In response to the recent sanctions imposed by the U.S. Treasury Department, Mir Rahman Rahmani, the former parliament speaker of Afghanistan, refuted accusations of financial corruption leveled against him and his son, Ajmal Rahmani, in a statement released on Tuesday.
Rahmani dismissed the allegations as being “against international standards, principles, and conventions concluded between the member states of the United Nations”.
He asserted that detailed financial reports for all contracts implicated in the accusations are available and will be provided to relevant authorities as needed.
The U.S. Department of the Treasury’s Office of Foreign Assets Control placed sanctions on Rahmani and his son, along with 44 associated entities, citing corruption charges. The action falls under Executive Order (E.O.) 13818, an extension of the Global Magnitsky Human Rights Accountability Act, specifically targeting individuals involved in serious human rights abuses and corruption worldwide.
According to the Treasury Department, the Rahmanis, operating through their Afghan companies, orchestrated a complex procurement corruption scheme that resulted in the misappropriation of millions of dollars from contracts funded by the U.S. Government, intended to support Afghan security forces.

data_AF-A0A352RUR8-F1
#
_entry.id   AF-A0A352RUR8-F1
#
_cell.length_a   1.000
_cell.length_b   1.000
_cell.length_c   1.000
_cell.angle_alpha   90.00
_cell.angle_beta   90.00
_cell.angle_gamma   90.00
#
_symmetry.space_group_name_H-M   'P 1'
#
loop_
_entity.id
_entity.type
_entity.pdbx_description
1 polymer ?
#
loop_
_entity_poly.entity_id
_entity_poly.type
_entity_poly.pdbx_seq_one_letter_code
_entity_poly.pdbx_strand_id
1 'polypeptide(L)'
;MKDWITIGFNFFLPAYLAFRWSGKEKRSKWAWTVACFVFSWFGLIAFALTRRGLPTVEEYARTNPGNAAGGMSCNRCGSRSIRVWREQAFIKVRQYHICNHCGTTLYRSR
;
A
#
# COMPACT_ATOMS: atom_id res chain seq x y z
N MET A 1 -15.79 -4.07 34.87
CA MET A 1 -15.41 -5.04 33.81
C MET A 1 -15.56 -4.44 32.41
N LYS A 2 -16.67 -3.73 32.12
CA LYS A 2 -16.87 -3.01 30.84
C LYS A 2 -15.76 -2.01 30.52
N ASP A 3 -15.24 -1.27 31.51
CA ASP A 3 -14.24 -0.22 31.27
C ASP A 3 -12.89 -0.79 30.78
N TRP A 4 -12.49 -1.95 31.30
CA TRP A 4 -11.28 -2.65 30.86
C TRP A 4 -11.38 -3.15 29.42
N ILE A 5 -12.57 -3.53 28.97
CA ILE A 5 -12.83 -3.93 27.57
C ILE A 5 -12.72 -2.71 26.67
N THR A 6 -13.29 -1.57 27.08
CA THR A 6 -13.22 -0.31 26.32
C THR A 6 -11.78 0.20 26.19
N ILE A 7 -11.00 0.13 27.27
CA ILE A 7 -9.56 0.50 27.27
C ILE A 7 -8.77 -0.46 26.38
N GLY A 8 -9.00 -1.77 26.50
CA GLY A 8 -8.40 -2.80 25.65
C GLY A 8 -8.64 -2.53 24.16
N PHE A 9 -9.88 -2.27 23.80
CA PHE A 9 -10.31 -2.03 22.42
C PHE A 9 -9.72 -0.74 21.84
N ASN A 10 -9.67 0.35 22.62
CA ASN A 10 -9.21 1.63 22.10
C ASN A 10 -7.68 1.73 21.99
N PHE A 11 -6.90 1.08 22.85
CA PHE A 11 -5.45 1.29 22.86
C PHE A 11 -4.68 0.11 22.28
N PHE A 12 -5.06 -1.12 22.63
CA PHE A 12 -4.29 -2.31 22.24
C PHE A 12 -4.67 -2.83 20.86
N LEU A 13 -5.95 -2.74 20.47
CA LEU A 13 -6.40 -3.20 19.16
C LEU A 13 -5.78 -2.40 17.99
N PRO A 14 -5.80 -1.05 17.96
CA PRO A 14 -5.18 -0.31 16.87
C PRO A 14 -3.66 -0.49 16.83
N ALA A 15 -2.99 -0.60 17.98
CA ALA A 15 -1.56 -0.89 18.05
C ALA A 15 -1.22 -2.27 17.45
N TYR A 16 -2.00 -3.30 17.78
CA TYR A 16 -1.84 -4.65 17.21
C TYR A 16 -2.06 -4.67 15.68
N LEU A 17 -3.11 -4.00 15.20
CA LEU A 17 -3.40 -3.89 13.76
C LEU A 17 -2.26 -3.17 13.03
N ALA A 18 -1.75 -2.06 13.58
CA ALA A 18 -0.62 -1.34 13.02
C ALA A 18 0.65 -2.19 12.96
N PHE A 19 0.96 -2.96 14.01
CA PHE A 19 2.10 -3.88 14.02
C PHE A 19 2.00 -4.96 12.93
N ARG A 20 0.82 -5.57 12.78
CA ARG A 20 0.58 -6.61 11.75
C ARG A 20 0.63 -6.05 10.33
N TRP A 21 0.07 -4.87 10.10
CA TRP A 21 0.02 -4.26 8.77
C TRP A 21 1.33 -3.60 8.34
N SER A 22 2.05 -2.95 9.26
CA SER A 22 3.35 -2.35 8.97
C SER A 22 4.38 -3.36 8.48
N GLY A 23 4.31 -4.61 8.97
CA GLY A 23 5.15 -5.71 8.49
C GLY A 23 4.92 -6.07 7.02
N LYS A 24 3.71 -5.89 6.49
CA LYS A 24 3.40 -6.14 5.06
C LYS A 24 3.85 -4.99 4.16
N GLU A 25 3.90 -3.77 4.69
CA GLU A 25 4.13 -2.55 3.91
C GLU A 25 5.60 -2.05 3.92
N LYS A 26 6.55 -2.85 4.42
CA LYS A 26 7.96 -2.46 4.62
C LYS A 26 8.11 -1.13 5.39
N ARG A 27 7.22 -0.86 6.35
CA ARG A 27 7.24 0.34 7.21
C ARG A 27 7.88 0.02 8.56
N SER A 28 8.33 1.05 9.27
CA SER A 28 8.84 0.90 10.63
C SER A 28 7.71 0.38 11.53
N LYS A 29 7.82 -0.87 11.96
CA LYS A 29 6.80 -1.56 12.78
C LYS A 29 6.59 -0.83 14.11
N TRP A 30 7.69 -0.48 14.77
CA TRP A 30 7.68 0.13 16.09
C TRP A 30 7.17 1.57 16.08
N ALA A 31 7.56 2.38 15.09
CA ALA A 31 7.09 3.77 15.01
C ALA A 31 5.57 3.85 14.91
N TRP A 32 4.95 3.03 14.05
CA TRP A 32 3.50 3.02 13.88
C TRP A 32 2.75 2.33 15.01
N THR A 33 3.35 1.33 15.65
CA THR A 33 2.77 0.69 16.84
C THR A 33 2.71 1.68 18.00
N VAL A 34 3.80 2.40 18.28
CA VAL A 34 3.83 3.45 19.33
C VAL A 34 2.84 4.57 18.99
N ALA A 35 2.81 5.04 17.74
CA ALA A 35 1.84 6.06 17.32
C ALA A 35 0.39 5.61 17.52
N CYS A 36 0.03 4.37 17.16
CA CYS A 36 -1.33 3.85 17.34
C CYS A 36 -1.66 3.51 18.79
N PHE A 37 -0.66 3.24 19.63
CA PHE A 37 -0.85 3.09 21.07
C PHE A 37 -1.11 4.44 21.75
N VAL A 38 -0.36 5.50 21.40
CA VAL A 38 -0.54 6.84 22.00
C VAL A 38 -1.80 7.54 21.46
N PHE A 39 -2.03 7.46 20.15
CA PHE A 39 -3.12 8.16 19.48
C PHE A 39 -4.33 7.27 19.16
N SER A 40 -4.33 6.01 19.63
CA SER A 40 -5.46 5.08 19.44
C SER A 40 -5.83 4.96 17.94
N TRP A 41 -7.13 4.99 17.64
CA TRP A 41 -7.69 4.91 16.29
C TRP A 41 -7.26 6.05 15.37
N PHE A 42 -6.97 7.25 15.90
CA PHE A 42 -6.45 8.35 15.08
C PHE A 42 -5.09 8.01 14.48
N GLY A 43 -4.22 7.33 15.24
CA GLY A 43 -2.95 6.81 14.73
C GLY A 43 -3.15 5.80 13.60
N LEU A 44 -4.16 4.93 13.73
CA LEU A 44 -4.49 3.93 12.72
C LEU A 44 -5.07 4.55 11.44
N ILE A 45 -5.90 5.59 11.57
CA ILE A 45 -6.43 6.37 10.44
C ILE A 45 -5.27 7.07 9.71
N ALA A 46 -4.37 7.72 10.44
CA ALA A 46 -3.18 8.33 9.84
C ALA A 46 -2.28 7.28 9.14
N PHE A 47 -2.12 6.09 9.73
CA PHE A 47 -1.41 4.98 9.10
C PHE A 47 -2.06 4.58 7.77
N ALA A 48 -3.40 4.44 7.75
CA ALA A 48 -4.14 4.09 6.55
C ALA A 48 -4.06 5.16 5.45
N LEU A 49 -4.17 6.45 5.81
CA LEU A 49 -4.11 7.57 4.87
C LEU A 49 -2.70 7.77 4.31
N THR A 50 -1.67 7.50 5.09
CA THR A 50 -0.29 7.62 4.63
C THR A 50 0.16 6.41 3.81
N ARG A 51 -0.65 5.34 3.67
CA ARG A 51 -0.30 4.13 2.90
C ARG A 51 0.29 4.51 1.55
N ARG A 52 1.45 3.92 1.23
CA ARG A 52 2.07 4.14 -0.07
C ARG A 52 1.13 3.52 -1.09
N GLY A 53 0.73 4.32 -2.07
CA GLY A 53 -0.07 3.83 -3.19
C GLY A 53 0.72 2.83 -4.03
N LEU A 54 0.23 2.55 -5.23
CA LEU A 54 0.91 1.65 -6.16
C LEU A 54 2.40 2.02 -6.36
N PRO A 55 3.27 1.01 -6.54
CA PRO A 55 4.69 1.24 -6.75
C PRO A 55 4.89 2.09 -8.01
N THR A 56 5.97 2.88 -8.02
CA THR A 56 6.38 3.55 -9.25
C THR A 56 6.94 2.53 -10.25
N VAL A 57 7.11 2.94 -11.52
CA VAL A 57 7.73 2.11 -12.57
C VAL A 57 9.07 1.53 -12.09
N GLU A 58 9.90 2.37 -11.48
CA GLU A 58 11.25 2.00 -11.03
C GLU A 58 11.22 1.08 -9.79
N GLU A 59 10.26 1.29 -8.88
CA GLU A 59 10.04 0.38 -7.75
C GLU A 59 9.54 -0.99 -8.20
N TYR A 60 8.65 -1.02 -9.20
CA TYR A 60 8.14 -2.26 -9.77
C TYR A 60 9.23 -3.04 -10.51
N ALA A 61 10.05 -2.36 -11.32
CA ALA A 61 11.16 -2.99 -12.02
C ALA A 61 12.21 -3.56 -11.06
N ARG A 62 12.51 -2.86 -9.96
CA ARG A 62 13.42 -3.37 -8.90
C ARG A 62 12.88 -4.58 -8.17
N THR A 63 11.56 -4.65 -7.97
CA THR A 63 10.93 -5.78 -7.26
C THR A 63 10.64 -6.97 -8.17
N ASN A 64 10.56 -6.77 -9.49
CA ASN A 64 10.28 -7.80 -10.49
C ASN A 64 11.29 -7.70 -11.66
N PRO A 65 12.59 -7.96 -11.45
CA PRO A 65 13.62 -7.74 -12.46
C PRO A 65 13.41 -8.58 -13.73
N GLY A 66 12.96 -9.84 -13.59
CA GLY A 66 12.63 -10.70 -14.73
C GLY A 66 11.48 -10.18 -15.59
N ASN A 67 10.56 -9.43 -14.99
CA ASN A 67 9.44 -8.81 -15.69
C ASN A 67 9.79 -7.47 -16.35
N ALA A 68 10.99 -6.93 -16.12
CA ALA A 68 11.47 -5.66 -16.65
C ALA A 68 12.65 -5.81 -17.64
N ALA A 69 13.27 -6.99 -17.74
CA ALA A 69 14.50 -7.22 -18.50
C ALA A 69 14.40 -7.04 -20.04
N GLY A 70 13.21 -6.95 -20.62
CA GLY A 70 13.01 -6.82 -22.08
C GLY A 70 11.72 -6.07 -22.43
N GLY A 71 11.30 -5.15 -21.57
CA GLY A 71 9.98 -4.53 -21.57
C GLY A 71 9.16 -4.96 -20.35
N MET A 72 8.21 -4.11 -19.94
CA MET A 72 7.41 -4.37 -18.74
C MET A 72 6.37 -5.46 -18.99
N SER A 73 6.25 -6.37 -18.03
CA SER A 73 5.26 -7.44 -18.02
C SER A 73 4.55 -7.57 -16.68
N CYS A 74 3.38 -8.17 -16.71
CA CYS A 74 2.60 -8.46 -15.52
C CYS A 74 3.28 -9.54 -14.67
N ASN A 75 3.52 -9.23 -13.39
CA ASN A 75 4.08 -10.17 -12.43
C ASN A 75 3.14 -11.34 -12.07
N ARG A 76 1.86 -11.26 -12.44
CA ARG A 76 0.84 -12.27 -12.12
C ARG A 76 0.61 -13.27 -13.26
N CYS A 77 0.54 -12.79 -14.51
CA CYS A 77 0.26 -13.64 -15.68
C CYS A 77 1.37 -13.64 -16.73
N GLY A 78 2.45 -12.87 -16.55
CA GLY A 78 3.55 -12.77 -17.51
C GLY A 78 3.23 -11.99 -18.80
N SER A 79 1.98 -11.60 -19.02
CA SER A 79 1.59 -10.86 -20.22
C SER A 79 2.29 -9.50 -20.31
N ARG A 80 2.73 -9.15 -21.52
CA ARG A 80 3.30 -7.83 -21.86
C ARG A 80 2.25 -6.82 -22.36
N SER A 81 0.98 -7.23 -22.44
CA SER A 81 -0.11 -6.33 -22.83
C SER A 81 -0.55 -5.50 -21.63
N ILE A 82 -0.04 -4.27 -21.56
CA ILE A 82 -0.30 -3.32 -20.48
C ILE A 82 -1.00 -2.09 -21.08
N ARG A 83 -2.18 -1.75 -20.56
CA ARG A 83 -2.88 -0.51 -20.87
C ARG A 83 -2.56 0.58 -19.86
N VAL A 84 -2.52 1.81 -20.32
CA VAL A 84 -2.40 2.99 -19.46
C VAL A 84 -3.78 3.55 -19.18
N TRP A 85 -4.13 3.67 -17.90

Under Secretary of the Treasury for Terrorism and Financial Intelligence Brian E. Nelson emphasized the commitment to holding accountable those exploiting their privileged positions for personal gain. Nelson stated, “Today’s designations underscore Treasury’s commitment to holding accountable those who seek to exploit their privileged positions for personal benefit. Treasury will continue to utilize our tools to promote accountability, including by disrupting the networks that enable corrupt activities.”
Simultaneously, the Department of State invoked Section 7031(c) of the annual Department of State, Foreign Operations, and Related Programs Appropriations Act. This section allows for the designation of individuals and their immediate family members involved in significant corruption as public officials.
According to Section 7031, officials of foreign governments and their immediate family members become ineligible for entry into the United States when credible information indicates direct or indirect involvement in significant corruption and/or gross violations of human rights.